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Homily Notes Fifth Sunday of Ordinary time 2018

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          5th Sunday of Ordinary Time/ “God is Always with Us”

“Is not all man’s life on earth a drudgery.”  A lot of us might be feeling that way today.  The 1st of February has come.  The holidays are over.  Flu season is in full swing.  Any of us could utter the words I just quoted.  But they came from the mouth of Job.

            Perhaps these words surprise us.  We always speak of the “patience of Job.”  One interpretation of this idea has always been that Job was courageous.  He was put to a surprise test by Satan.  Life was going along swimmingly for Job when we meet him in scripture.  He has a big loving family.  He has all the wealth that anyone could want.  Job is very popular with his neighbors. He enjoys wonderful health.  He is in his prime. He has everything.

            God is proud that Job is a righteous man.  But then along comes Satan who challenges God. Satan says, “If you show Job misfortune his faith will disappear.  God allows Satan to have his way.  Job’s life is turned upside down.  Everything is taken away from him; health, wealth, family, all gone. Job is tempted to become angry with God. 

            The simple theological lesson that may have been passed on to us about Job is that despite the disasters that befall him he refuses to get mad at God.   Through all his misfortune, he holds firm in his belief. Because of this, we do talk of the “patience of Job.”  When we see someone, who is suffering, who refuses to show despair, we say that they are like Job.  Perhaps when we have misfortune we open our Bible.  We turn to the Book of Job thinking we can strengthen ourselves.  When we do read Job, we might be surprised at what we find.

            For we find line after line of Job complaining against God.  He has good reason for doing this.  The Jewish belief, at the time of Job, was that those who were virtuous were assured of rich satisfying lives.  But, if you sinned, then you would be punished. 

            Three of Job’s friends come to him.  And they challenge him to repent.  “If you repent of your sin, they say, you will find relief.”  “What have you done wrong?” they ask over and over.  Job maintains his innocence, but he also believes God is the one who is allowing his suffering to happen.  Job’s complains, and he complains.  All in all, it seems like a depressing story until God finally appears to Job.  God reminds Job of the big picture.  Job’s story is just a small slice of the epic tale of God’s relationship with humanity. Job’s spirituality and insight are deepened by what he goes through.  He doesn’t remain in bitter, his insights about life mature. Satan flees.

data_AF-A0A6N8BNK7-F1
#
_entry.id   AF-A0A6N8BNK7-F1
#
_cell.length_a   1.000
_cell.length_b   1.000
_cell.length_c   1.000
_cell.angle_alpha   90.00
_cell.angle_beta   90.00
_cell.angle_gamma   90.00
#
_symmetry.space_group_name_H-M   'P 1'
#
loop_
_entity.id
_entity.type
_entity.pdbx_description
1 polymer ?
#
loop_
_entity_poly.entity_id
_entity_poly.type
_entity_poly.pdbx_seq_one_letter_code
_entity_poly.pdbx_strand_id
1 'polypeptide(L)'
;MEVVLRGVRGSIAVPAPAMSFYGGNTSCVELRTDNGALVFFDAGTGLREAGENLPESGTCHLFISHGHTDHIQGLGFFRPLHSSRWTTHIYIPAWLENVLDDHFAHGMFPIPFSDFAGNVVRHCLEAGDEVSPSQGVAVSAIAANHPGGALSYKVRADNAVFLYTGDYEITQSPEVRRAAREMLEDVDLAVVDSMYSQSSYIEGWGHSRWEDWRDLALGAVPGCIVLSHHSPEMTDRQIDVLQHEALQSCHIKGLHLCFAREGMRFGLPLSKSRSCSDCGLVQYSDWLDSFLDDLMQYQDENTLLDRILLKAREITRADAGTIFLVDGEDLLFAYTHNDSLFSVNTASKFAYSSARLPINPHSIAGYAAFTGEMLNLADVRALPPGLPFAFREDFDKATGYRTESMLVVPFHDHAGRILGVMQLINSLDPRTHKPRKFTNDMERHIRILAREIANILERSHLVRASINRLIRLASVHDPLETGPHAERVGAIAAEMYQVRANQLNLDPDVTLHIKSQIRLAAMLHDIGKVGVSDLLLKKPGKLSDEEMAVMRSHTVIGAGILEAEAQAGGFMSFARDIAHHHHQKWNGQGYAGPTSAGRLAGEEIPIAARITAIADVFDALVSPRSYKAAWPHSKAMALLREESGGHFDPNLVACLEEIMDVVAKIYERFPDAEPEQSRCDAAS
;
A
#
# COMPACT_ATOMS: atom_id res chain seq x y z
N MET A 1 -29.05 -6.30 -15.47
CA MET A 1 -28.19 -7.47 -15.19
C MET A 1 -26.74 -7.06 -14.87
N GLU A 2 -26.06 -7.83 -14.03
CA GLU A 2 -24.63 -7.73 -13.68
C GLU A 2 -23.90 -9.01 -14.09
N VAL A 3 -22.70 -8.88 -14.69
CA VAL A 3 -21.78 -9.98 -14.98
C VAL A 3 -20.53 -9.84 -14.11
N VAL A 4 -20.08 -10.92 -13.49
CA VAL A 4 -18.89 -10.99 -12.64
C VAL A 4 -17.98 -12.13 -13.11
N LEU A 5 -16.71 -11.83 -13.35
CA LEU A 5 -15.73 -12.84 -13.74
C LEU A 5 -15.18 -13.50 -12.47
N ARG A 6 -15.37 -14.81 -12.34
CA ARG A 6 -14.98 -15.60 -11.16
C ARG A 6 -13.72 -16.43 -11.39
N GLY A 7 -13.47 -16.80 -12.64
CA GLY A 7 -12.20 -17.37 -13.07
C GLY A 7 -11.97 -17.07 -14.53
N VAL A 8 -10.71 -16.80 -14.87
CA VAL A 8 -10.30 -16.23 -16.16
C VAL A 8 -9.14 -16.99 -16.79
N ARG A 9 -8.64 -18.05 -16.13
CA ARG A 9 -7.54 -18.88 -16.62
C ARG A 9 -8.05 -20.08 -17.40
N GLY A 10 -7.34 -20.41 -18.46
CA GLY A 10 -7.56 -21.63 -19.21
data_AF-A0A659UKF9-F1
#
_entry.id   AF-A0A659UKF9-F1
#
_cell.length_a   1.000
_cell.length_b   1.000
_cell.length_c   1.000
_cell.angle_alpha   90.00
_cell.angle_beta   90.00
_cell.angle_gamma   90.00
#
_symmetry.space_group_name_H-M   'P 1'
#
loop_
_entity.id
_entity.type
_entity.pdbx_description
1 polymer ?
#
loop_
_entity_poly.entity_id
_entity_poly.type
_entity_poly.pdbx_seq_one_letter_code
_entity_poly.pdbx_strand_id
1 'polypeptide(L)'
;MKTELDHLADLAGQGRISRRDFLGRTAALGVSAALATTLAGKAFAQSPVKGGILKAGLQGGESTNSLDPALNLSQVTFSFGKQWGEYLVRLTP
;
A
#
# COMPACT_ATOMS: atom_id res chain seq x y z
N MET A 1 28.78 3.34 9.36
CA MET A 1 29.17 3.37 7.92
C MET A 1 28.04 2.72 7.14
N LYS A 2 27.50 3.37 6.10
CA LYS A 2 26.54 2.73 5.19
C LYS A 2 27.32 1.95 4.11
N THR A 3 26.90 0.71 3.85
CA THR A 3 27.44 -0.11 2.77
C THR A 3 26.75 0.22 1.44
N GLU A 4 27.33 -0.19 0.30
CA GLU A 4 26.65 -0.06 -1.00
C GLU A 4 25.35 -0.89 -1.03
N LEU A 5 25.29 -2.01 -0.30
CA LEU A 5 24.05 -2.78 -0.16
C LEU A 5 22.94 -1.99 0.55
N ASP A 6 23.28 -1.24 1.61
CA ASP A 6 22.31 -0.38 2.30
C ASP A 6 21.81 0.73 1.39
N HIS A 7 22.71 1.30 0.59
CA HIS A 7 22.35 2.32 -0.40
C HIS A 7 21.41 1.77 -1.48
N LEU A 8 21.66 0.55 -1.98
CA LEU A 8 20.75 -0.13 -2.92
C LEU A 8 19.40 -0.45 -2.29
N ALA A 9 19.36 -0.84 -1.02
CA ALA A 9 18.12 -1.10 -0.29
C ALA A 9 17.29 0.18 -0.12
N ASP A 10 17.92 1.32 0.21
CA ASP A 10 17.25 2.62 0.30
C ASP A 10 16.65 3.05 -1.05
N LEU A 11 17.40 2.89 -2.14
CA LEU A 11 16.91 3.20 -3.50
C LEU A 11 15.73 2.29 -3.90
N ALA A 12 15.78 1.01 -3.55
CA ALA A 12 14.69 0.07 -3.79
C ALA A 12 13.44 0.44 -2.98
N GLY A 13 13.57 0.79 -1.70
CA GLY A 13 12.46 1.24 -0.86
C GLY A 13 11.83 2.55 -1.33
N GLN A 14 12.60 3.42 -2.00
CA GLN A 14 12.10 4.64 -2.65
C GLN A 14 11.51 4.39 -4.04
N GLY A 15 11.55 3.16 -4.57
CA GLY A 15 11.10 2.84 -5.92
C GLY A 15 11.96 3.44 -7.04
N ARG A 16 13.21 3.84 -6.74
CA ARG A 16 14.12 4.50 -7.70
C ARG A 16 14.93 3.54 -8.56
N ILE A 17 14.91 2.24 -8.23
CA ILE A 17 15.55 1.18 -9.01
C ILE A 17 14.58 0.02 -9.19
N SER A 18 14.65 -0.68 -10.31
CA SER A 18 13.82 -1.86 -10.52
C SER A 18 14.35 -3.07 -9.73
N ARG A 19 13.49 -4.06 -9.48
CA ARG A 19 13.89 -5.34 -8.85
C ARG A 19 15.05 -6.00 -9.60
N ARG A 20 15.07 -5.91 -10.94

What are we to derive from the story of Job?  We learn that there are no easy answers to why we have suffering in our lives.  Maybe we also learn that we don’t understand struggle until we ourselves are wounded.  When we are humbled because of misfortune in our life, then we can grasp great truths, truths that lead us to be wiser people.

            Religion often gets a bad name, because people think religion is about answers to life’s problems, answers that will take pain away.  We all realize how dangerous it is to use pat answers.  We have all gone through receiving lines at the funeral home. For example, we wonder what it is that we are to say to try to bring comfort to the grieving family.  Maybe we hear some mourners say, “Well we know that this is all part of God’s plan.” Now this sounds like what a faith filled person would say, but it can make a grieving person very angry at God. We, who are people who claim to be religious, think we need to appear strong in the face of heartbreak. But do we?

            The most we can really say in the face of tragedy is that we believe God is with us.  How do we know this? We know this, hopefully, because we sense Jesus has carried us through great trauma. We know this because God entered the world in the person of Jesus.  God did not avoid suffering, no, God entered the reality of suffering.  God lived that mystery which makes all the difference.  No one who has lived has had a pain free life of from beginning to end.  Not even Jesus.

            The story of Job teaches us that it is all right to express our frustrations to God when misfortune comes.  The story of Job reminds us that struggle is a part of every life.  Our task is not to escape difficulty.  As people of faith our challenge is to invite the Lord into our moments of despair, as we pray and as we share with our church family.  Jesus’ name means “God with us.”  God is with us in our blessings.  God is with us desolation. Job found out that truth.  And that truth set him free.

            



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